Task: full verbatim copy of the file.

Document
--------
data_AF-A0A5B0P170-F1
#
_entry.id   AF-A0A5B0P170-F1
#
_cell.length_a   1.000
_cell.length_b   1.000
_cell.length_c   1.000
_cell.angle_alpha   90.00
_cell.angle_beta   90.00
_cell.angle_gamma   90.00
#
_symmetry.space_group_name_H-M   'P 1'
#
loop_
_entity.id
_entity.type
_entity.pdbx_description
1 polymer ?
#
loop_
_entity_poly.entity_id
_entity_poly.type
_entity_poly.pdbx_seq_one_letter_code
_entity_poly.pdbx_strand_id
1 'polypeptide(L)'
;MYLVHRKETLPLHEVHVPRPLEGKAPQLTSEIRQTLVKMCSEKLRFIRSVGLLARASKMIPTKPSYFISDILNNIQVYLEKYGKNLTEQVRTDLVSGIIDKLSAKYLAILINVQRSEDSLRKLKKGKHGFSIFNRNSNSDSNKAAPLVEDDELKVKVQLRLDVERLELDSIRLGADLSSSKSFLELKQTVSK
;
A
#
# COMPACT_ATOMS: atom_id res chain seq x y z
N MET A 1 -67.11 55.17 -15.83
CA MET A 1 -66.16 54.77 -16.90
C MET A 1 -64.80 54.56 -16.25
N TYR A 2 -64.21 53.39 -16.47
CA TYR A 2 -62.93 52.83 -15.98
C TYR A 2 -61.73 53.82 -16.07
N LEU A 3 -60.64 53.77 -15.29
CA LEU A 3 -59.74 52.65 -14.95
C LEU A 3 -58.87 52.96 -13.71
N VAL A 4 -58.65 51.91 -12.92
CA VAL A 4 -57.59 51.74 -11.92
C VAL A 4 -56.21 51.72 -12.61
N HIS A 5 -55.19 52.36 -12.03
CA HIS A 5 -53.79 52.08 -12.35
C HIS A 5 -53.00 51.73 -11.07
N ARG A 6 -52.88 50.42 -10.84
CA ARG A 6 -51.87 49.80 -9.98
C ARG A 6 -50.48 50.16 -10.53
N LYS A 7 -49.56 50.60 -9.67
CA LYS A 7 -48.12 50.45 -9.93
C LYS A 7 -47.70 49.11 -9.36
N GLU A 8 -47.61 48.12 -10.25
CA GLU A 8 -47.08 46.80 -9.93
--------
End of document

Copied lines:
data_AF-A0A5B0P170-F1
#
_entry.id   AF-A0A5B0P170-F1
#
_cell.length_a   1.000
_cell.length_b   1.000
_cell.length_c   1.000
_cell.angle_alpha   90.00
_cell.angle_beta   90.00
_cell.angle_gamma   90.00
#
_symmetry.space_group_name_H-M   'P 1'
#
loop_
_entity.id
_entity.type
_entity.pdbx_description
1 polymer ?
#
loop_
_entity_poly.entity_id
_entity_poly.type
_entity_poly.pdbx_seq_one_letter_code
_entity_poly.pdbx_strand_id
1 'polypeptide(L)'
;MYLVHRKETLPLHEVHVPRPLEGKAPQLTSEIRQTLVKMCSEKLRFIRSVGLLARASKMIPTKPSYFISDILNNIQVYLEKYGKNLTEQVRTDLVSGIIDKLSAKYLAILINVQRSEDSLRKLKKGKHGFSIFNRNSNSDSNKAAPLVEDDELKVKVQLRLDVERLELDSIRLGADLSSSKSFLELKQTVSK
;
A
#
# COMPACT_ATOMS: atom_id res chain seq x y z
N MET A 1 -67.11 55.17 -15.83
CA MET A 1 -66.16 54.77 -16.90
C MET A 1 -64.80 54.56 -16.25
N TYR A 2 -64.21 53.39 -16.47
CA TYR A 2 -62.93 52.83 -15.98
C TYR A 2 -61.73 53.82 -16.07
N LEU A 3 -60.64 53.77 -15.29
CA LEU A 3 -59.74 52.65 -14.95
C LEU A 3 -58.87 52.96 -13.71
N VAL A 4 -58.65 51.91 -12.92
CA VAL A 4 -57.59 51.74 -11.92
C VAL A 4 -56.21 51.72 -12.61
N HIS A 5 -55.19 52.36 -12.03
CA HIS A 5 -53.79 52.08 -12.35
C HIS A 5 -53.00 51.73 -11.07
N ARG A 6 -52.88 50.42 -10.84
CA ARG A 6 -51.87 49.80 -9.98
C ARG A 6 -50.48 50.16 -10.53
N LYS A 7 -49.56 50.60 -9.67
CA LYS A 7 -48.12 50.45 -9.93
C LYS A 7 -47.70 49.11 -9.36
N GLU A 8 -47.61 48.12 -10.25
CA GLU A 8 -47.08 46.80 -9.93